Using Radio and Mobile Technologies for Education in North-East Nigeria

In the face of the ongoing educational crises in North-East Nigeria, exacerbated by activities of the Boko Haram sect, the success of the USAID/AUN project, Technology Enhanced Learning for All (TELA) highlights the feasibility and importance of utilizing radio and mobile technologies to swiftly tackle the crises of education in the region.  With the destruction of schools and unavailability of teachers, there is an urgent need for Nigeria to place education at the center of the northeast recovery plan, in order to safeguard the nation’s future.  Click on the link below to read the full project evaluation brief.

Where There is No School: Radio and Mobile Technologies for Education in Crises and Conflict Societies.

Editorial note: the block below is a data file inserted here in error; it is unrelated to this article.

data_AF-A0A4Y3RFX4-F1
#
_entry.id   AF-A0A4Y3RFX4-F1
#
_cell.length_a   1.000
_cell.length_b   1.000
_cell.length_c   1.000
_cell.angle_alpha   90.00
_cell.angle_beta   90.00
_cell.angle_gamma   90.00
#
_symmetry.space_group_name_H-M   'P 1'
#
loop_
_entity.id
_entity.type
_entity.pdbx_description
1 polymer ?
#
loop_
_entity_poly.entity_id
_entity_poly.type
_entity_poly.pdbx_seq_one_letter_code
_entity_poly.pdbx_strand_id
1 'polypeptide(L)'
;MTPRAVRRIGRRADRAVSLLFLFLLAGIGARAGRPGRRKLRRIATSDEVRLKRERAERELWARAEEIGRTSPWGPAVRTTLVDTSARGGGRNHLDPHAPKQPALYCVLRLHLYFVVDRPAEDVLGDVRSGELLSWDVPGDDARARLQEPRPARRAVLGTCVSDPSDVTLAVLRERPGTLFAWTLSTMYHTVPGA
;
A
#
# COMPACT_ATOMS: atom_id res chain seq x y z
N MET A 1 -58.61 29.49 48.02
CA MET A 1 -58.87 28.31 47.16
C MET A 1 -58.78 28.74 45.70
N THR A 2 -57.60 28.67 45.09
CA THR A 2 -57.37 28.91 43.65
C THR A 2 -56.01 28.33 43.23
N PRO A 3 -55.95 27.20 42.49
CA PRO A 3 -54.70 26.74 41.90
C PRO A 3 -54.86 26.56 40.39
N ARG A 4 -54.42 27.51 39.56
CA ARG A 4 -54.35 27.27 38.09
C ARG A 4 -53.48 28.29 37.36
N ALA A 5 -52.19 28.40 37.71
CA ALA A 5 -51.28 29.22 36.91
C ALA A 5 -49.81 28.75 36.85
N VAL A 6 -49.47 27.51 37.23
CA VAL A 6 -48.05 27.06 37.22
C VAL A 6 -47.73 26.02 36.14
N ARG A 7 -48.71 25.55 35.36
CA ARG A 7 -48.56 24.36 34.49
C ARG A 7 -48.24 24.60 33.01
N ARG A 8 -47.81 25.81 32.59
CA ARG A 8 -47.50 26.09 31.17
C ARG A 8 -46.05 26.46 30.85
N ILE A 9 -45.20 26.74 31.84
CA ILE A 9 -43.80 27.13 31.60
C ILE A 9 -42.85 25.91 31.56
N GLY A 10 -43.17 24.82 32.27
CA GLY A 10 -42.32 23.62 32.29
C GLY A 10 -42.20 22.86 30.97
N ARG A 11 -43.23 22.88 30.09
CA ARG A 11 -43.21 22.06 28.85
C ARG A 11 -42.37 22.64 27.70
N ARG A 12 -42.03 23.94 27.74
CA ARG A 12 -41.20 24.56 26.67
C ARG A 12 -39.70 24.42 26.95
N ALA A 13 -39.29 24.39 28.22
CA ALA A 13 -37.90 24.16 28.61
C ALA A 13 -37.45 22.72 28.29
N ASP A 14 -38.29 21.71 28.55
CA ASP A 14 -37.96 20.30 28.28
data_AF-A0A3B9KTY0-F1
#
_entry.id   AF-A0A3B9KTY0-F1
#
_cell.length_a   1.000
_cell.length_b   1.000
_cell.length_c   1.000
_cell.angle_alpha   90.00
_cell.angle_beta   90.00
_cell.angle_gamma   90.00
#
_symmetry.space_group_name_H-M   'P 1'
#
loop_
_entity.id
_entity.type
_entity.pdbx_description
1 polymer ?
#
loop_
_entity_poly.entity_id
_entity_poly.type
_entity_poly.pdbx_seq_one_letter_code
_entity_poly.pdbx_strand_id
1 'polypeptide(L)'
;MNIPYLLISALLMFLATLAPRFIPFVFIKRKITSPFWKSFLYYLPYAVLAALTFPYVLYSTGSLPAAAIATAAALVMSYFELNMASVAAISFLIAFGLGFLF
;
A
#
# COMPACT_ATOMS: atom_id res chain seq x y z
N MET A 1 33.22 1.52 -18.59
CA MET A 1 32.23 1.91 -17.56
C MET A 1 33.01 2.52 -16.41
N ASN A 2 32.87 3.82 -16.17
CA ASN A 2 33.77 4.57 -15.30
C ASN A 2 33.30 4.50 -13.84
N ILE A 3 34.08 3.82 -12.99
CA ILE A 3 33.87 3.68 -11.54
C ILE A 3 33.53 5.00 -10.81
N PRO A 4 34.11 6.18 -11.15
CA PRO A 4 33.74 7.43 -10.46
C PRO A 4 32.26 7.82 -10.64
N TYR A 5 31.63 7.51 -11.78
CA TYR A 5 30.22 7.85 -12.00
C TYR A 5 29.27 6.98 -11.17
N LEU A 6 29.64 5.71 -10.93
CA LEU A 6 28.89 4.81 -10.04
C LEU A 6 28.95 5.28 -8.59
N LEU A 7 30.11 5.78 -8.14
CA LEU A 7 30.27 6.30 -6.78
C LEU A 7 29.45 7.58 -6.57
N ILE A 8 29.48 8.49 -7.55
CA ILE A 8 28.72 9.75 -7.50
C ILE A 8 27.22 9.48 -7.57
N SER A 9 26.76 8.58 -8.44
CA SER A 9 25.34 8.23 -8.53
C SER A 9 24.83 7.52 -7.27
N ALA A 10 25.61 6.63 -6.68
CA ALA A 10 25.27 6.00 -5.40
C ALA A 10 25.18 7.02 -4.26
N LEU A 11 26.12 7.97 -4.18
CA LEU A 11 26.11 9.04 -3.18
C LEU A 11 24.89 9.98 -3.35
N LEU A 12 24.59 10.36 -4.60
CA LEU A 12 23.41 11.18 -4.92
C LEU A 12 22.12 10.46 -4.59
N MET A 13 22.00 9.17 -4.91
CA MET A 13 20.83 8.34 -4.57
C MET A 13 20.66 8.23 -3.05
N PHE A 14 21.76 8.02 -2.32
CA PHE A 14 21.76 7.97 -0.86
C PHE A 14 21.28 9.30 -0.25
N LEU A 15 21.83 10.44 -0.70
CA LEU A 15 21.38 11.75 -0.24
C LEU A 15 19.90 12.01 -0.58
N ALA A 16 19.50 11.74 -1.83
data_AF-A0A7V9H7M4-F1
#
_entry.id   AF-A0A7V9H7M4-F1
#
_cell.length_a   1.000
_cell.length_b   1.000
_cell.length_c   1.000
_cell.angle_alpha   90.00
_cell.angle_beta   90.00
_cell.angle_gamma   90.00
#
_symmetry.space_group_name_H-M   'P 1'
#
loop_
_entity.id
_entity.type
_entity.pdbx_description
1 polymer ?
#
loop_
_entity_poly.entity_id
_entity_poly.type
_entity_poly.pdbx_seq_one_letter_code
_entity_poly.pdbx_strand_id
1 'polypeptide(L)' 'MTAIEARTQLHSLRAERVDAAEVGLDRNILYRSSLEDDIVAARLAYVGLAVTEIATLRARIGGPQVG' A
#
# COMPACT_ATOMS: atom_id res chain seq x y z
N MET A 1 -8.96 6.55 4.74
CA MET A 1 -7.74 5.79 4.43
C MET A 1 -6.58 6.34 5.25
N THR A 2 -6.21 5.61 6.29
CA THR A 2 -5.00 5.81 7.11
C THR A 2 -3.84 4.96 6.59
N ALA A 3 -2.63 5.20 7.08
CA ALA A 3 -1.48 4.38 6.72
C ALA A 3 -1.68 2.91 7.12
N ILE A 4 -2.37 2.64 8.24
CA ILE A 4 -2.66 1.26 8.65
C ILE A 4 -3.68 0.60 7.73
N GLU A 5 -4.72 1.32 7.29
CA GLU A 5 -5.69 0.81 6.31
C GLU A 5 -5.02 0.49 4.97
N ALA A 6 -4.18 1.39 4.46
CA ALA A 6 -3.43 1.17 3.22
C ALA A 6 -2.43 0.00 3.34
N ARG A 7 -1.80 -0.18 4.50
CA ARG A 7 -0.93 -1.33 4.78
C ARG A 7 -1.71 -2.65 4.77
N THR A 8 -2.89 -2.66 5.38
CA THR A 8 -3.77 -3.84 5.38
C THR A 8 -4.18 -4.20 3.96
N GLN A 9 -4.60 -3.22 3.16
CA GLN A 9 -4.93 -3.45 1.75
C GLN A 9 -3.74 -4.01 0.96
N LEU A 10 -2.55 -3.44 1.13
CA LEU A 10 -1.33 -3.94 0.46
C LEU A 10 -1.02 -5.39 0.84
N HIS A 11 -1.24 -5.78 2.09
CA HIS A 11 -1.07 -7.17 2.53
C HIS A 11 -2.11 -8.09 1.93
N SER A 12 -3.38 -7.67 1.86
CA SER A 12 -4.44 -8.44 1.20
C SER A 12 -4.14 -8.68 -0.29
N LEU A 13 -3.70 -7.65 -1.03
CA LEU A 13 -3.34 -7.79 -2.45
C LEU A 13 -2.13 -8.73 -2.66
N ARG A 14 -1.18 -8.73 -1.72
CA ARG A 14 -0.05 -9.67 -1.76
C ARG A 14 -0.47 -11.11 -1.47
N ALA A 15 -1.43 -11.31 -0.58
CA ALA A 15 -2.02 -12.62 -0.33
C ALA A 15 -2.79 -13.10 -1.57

TELA Evaluation Brief

INVESTIGATION: Ethnic war looms as herdsmen intensify bloody campaign in Benue

By (Ibanga Isine), Premium Times NG

One of the victims with bullet wound

One of the victims with bullet wound

 

Unless urgent steps are taken to halt the continuous killings, displacements and plundering of Benue communities by suspected Fulani herdsmen, a bloody tribal conflict might soon erupt in the North-central state.

Already, a group known as Movement Against Fulani Occupation (MAFO), has been formed by a clergyman, Dave Ogbole, to campaign against the atrocious crimes perpetrated by herdsmen in the state.

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How Boko Haram forced me to watch my son beheaded – displaced Baga resident

Jummai Ibrahim

Peace Journalists seek to tell stories of the invisible effects of war on societies and on individuals. As Peace Journalists, we go beyond official soundbites to tell stories of ordinary people - their losses, triumphs and hopes for the future - even in the face of unspeakable tragedy. Peace Journalist Abdulkareem Haruna's heartrending story of a woman that watched Boko Haram insurgents behead her son, is one of such stories.